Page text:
Iran and Iraq ties could enjoy good relations in the future if the two countries manage to resolve outstanding issues, says Anoush Ehteshami, a professor of international relations at the U.K.'s Durham University who directs the university's Institute of International Relations and Strategic Studies of the Middle East and Central Asia.
“If the two countries manage [to demonstrate] that the reemergence of Shi'ites is not a threat -- especially to other Persian Gulf countries and also in Lebanon -- then they can make a big investment in their current relations and they can increase their influence in the Persian Gulf region. The two countries can also help each other regarding economic issues. Currently Iraq has a big need for Iran‘s industry, for example in the energy sector,“ Ehteshami said.
Ehteshami added that further developments of ties between the two countries will depend on Iran's relations with the United States. “If the U.S. has military bases and a long-term military presence in Iraq, it would naturally be an issue for Iran," he said. "Especially because Iran is pessimistic regarding the U.S. presence in Iraq, because Tehran is worried that Iraq could in the future become a base for a possible attack against Iran, or a base for influencing Iran. Tehran and Baghdad have many common [interests], but if the issues between Iran and the U.S. are not resolved soon, naturally it would prevent further rapprochement between Iran and Iraq.”
Professor Bavand in Tehran agreed, saying: “Any engagement between Iran and Iraq is limited to its compatibility with U.S. goals. They are considered positive as long as they help stabilize the Iraqi government and bring calm. But if it goes beyond this -- for example, if Iran would want to invest in Iraq, or, as it was announced, if Iran wants to help train Iraqi forces -- then such agreements would need the tacit approval of the U.S.”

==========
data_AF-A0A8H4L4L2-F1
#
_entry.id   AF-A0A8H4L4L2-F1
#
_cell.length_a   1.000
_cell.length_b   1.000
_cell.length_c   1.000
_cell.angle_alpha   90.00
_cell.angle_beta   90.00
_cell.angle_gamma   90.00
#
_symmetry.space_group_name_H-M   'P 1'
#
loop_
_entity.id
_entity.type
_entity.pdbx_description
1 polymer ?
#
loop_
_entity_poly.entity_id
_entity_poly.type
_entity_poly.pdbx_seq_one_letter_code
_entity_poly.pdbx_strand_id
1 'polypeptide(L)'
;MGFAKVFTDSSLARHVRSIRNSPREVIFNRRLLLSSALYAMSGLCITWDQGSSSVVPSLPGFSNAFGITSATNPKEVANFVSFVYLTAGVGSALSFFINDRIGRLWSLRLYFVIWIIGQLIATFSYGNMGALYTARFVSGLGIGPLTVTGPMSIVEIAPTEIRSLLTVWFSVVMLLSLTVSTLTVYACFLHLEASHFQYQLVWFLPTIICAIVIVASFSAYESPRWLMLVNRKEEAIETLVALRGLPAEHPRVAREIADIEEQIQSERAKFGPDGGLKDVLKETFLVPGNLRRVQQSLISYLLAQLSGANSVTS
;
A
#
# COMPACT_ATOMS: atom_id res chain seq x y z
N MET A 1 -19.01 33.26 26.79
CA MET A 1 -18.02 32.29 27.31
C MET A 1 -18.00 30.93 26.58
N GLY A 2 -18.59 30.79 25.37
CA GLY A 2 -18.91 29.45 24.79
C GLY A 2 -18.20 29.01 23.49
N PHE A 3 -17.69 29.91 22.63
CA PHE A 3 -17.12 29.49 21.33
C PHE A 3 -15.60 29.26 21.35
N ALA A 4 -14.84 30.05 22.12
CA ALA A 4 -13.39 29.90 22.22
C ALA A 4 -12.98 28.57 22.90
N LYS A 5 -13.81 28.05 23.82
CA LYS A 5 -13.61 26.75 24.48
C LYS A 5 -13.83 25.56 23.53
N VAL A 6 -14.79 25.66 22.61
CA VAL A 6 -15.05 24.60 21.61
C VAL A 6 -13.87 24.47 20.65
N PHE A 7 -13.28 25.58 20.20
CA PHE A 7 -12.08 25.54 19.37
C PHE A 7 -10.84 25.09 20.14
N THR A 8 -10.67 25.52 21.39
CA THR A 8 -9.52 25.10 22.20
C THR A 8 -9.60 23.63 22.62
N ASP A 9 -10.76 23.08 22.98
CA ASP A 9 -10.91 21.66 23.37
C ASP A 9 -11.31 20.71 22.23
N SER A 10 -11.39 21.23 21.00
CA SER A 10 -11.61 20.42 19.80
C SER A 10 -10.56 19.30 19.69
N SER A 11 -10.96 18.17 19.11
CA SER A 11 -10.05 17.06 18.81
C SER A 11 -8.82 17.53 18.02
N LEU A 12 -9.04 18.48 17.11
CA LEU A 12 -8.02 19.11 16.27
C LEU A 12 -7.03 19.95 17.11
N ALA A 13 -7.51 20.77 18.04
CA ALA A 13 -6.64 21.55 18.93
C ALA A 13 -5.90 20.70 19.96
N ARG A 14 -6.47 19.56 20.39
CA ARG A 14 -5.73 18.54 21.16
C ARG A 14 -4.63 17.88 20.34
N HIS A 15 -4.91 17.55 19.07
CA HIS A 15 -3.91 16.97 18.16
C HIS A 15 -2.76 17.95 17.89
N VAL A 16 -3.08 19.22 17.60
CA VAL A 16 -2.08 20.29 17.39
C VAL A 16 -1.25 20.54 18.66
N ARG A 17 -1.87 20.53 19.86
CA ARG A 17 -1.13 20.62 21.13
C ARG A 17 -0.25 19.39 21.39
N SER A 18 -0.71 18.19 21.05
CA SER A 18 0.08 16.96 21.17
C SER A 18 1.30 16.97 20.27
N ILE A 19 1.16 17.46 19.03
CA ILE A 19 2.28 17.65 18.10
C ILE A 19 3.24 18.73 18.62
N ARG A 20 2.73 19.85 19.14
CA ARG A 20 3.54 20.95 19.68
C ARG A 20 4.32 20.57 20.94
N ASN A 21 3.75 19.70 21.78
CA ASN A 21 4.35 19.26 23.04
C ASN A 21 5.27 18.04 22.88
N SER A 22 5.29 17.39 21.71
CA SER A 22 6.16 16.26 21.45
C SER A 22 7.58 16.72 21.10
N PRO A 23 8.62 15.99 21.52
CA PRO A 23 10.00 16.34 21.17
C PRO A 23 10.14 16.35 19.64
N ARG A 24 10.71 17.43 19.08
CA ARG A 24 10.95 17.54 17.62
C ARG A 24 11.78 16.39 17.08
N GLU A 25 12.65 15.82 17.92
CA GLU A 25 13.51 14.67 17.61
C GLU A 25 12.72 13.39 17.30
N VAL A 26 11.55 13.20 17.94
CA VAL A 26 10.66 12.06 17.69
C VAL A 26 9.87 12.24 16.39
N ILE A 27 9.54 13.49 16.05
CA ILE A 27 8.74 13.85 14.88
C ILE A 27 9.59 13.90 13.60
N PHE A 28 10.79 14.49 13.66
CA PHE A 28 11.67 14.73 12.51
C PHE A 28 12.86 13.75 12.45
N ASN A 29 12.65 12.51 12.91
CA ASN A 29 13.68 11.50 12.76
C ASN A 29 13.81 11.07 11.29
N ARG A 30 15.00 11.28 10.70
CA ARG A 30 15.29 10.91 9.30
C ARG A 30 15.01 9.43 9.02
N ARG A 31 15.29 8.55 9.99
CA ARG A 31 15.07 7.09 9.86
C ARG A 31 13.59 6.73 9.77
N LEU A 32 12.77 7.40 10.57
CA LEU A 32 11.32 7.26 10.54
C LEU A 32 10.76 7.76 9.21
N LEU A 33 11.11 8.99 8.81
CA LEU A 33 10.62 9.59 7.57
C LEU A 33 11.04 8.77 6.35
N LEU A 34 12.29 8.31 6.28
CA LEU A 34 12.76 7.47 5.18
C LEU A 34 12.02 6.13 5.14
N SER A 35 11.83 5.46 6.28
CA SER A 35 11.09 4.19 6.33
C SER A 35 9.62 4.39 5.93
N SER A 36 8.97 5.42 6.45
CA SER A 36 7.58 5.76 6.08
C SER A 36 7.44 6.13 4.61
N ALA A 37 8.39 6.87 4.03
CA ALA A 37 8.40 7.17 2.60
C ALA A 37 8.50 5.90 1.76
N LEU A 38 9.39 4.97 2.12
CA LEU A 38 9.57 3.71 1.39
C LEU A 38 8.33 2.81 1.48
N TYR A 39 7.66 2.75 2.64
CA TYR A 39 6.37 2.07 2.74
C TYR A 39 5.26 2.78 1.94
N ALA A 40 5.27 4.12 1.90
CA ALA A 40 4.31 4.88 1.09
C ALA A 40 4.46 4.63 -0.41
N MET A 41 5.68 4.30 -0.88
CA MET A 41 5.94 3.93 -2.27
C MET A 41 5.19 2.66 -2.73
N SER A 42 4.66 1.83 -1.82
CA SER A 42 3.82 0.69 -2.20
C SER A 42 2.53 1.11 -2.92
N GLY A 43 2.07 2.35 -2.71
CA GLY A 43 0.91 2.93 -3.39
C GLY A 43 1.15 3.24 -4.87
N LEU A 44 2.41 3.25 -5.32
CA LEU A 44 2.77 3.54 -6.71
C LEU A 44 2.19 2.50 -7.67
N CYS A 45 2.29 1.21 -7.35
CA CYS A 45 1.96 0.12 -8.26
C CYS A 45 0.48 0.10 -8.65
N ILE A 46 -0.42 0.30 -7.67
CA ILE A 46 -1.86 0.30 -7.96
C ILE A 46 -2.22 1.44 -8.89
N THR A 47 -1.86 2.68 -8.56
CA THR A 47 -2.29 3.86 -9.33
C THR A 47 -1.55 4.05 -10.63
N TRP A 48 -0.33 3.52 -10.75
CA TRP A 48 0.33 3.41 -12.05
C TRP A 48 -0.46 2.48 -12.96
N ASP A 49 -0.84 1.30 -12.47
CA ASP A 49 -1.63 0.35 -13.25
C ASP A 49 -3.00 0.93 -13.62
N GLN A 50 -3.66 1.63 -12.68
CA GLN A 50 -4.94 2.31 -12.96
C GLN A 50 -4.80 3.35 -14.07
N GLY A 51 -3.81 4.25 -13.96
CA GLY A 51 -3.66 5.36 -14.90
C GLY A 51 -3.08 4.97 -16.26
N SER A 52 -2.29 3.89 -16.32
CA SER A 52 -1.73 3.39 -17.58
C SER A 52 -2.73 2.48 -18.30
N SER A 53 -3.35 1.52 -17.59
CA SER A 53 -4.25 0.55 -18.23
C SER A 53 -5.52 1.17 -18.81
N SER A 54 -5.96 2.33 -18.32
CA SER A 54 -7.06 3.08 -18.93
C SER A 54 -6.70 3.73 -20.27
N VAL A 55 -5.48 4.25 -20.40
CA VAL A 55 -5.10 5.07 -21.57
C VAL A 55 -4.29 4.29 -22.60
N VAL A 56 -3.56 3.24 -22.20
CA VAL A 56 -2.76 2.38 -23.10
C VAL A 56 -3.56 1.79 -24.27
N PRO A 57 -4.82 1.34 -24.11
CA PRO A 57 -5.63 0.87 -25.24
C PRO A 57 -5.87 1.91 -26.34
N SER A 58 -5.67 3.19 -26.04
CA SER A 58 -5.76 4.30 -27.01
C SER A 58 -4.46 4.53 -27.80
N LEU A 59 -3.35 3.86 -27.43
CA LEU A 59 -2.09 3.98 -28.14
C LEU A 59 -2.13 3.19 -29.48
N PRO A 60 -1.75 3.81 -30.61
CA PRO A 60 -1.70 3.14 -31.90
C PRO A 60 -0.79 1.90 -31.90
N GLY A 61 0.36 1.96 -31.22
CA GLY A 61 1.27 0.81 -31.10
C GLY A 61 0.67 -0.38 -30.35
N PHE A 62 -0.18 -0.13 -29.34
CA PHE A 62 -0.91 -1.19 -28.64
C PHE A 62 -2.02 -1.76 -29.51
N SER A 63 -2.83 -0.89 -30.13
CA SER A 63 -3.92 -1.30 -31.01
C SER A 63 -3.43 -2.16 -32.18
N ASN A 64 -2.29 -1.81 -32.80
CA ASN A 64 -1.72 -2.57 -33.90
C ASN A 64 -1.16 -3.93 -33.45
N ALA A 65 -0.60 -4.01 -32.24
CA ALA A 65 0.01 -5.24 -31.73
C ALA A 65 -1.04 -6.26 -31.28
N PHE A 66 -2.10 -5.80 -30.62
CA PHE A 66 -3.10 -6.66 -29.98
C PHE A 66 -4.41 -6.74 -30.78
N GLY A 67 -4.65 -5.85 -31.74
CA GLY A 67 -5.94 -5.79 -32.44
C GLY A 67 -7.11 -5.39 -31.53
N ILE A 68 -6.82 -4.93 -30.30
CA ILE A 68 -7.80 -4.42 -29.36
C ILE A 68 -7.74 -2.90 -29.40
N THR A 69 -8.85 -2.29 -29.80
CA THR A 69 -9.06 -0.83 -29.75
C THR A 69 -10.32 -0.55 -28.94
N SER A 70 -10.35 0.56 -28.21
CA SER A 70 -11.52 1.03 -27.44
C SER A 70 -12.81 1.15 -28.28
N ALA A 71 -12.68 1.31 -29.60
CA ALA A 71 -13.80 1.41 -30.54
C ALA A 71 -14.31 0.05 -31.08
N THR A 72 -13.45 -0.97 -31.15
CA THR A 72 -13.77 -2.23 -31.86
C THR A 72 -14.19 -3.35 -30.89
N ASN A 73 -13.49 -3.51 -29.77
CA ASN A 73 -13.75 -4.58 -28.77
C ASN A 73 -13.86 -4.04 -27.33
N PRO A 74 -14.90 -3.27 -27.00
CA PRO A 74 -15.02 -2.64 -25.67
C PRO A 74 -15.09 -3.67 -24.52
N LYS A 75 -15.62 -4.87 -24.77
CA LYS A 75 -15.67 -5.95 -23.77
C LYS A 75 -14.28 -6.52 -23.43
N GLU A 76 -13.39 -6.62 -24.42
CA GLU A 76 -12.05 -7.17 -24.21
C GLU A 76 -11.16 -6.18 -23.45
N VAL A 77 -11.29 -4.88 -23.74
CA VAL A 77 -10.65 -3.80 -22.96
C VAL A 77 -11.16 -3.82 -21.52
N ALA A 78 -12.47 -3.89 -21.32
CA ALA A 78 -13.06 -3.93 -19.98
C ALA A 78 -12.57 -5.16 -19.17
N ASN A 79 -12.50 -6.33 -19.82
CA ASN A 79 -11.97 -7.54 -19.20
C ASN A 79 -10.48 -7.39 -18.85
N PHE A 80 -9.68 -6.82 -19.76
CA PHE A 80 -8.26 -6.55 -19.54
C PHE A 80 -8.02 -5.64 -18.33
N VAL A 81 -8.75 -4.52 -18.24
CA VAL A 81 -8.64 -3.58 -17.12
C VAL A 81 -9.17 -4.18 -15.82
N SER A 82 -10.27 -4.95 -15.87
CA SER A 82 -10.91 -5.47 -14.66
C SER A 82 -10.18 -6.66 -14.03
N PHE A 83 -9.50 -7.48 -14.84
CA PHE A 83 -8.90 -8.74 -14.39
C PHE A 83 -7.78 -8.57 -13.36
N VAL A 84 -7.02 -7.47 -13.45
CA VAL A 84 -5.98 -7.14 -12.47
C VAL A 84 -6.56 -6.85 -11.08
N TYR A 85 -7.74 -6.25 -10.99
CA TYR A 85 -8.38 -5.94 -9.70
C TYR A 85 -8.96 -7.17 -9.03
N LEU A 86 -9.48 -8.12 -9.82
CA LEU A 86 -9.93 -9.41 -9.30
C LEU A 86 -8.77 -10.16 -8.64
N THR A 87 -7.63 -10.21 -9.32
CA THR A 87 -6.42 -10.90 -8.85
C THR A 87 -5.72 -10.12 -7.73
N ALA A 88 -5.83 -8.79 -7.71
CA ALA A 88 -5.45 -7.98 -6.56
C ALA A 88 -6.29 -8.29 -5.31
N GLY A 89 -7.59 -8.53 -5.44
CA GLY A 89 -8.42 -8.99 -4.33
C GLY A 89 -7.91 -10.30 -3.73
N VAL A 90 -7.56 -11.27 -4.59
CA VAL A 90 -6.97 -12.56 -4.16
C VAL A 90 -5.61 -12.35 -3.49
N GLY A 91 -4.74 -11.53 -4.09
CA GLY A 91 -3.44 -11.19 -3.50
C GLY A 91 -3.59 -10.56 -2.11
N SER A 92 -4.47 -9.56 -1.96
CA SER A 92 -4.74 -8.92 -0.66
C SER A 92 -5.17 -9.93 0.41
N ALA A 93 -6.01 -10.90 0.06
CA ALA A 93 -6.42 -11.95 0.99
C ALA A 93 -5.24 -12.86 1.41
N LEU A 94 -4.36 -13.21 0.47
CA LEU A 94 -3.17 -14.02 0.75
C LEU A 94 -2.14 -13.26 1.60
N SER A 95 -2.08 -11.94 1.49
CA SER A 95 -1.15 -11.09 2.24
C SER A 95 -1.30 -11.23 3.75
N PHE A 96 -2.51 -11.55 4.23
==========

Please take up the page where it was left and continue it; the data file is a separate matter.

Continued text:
Last week at a joint press conference with his Iraqi counterpart, Iranian Defense Minister Shamkhani indicated that Iran will help train Iraqi forces. But shortly after returning to Baghdad, al-Dulaymi said Iraq does not need to rely on Iran for military training and that his country has the capacity to train its own forces.
On 13 June, the United States said that Iran should not exploit its improving ties with Iraq to interfere in the country’s affairs. Zalmay Khalilzad, who is about to take up his post as the new U.S. ambassador to Iraq, said that Washington wants the two neighbors to enjoy good relations. But good relations, he added, do not include interference. Iran has repeatedly denied U.S. accusations of meddling in Iraq's internal affairs.
Copyright (c) 2005. RFE/RL, Inc. Reprinted with the permission of Radio Free Europe/Radio Liberty, 1201 Connecticut Ave., N.W. Washington DC 20036. www.rferl.org